A travel guide for Yukon, Canada: full of adventures and natural wonders.

Imagine a place where it’s possible to see the Northern Lights nine months out of the year and waking up in a log cabin to find moose crossing the frozen lake in front of your cabin is the norm. It’s not a dream, but Yukon, Canada.

I’m always on the lookout for lesser known places to explore and share here on Nomadic Fare. Whether it’s a small island in the Indian Ocean or a jungle lodge in the middle of Nepal, there’s something special about being in a place where few have gone before.

That’s why I’m excited to share this guide to exploring Yukon, Canada. This territory in northwest Canada is the ideal place to not only have a wild winter adventure but to also get your hygge on. It’s next to Alaska and is known for vast wilderness areas, abundant wildlife and frequent northern lights sightings.

Nomadic Fare in Yukon, CanadaWhat’s so special about Yukon, Canada?

I first heard about the Yukon when my friend sent me an article with the top spots to see the northern lights. When I visited Iceland, I was told the aurora was the “icing on the cake”. (Thankfully I got my sugar fix during that trip.) In the Yukon, there’s icing nine months out of the year! The Arctic Circle crosses through the Yukon so there are high chances of seeing them from late-August to mid-April.

Any place with such a high probability of witnessing these natural wonders is worth a visit. It is also home to 17 of Canada’s 20 tallest mountains—including Mount Logan, the highest peak in Canada. Most of the area is wilderness and includes 3 national parks and 8 provincial parks. With a population of 40,000, I imagine it’s always possible to get nature all to yourself.

After my week-long visit, I can happily report back that the Yukon is much more than the lights alone. Yes, staying up all night to spot the aurora is a must when you visit. However, to go for that alone would be a mistake. If you’re looking for a nature-filled adventure in one of the most untouched and stunning places in the world, put the Yukon on your travel list.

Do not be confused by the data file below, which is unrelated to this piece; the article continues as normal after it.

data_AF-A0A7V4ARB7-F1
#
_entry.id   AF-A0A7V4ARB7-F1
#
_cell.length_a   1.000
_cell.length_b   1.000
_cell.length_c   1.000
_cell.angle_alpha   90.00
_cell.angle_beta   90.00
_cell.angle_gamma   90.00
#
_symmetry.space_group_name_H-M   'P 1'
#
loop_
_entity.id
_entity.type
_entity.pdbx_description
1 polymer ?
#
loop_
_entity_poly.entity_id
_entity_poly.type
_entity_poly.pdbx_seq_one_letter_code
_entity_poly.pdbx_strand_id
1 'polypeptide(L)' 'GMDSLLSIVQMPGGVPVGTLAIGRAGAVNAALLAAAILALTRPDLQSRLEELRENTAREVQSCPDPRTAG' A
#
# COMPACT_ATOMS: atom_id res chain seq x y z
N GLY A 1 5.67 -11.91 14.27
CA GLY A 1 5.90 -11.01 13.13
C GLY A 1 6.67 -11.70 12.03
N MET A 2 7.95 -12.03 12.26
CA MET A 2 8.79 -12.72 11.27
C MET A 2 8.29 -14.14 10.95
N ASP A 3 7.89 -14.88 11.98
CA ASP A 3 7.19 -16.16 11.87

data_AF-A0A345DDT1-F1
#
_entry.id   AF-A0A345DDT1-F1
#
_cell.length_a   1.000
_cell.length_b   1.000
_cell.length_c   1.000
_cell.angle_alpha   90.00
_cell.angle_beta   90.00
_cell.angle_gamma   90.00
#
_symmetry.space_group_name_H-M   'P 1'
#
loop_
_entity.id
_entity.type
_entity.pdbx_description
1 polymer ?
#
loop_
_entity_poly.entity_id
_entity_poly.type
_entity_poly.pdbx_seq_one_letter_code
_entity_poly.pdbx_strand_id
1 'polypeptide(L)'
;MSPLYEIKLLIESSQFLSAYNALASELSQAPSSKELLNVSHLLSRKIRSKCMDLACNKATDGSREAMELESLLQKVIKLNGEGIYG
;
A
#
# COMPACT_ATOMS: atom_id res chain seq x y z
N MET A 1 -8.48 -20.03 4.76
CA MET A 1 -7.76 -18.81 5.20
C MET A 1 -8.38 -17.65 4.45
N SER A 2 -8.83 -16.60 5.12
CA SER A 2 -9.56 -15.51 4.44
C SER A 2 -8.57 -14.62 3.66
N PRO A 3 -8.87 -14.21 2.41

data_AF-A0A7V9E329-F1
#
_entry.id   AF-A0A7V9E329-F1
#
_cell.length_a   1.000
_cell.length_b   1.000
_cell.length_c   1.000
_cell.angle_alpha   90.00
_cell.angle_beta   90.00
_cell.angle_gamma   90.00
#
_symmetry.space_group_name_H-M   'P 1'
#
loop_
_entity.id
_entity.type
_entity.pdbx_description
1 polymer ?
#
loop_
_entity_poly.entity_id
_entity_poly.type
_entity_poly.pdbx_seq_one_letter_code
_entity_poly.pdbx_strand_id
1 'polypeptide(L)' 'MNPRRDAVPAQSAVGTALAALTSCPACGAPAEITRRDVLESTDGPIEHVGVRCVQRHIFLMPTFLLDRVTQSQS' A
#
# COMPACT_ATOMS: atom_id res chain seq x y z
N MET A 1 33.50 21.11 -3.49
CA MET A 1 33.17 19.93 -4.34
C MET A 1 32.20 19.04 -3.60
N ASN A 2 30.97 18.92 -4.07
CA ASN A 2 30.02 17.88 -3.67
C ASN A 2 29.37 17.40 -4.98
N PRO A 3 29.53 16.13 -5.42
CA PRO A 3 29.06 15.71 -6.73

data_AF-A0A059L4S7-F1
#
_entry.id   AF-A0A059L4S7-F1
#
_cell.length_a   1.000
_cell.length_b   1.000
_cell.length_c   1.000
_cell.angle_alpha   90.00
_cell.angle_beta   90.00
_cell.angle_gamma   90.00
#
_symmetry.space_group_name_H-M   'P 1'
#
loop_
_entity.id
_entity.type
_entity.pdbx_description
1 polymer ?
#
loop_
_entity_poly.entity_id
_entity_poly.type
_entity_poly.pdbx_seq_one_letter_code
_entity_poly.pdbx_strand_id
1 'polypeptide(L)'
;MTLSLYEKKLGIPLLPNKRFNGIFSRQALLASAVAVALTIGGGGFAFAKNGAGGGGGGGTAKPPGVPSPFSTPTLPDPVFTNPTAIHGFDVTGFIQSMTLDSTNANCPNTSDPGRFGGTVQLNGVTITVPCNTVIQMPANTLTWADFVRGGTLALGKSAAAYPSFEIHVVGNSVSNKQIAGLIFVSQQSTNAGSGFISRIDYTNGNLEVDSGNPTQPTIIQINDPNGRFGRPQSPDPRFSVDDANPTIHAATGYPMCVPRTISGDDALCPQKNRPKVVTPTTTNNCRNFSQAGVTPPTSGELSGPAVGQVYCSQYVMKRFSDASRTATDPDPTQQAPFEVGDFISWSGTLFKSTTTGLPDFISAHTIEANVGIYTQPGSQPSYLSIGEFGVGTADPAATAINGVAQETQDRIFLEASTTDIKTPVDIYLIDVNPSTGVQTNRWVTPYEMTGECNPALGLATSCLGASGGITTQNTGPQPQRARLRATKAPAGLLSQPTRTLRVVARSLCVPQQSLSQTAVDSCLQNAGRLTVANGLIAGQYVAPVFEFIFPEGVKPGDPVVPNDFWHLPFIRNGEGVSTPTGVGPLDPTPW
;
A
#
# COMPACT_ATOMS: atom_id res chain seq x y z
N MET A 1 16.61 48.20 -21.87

Here’s your go-to travel guide for exploring Yukon, Canada.

Your travel guide to spending the perfect 10 days in Yukon, Canada


Day 1 to 2

Stay at the Northern Lights Resort and Spa

Day 1: Welcome to the Yukon! You’ll arrive in Whitehorse International Airport from a connecting city like Vancouver, Calgary, Edmonton, Ottawa or Yellowknife. Pick up your rental car inside the airport (we went with Driving Force). Depending on when you arrive, you can get a bite to eat from one of the many spots in town like The Claim or Burnt Toast Café. They’re only 10 minutes from the airport and on the way to your resort for the night.

If you arrive later, you may want to head straight to Northern Lights Resort and Spa. It’s a scenic 20 minute drive from the airport. This family-run resort is comprised of multiple cabins surrounded by forests and mountain ranges. I recommend staying in the aurora chalet with floor-to-ceiling windows—perfect for catching the lights without having to leave your cabin. Renate & Wolfgang are the kindest hosts and will do anything to ensure a wonderful stay.

After a lovely home-cooked communal dinner with other guests, it’s time to wait for the lights to start. If you’re lucky and the prediction is favorable, the skies will start dancing around 10p or so. Be sure to bundle up.

Day 2: Have a bountiful breakfast at the lodge, then depart for the Yukon Wildlife Preserve. Afterward, get coffee at Bean North and head to Takhini Hot Pools. 

Nomadic Fare in Yukon, Canada with Northern Lights

Aurora sighting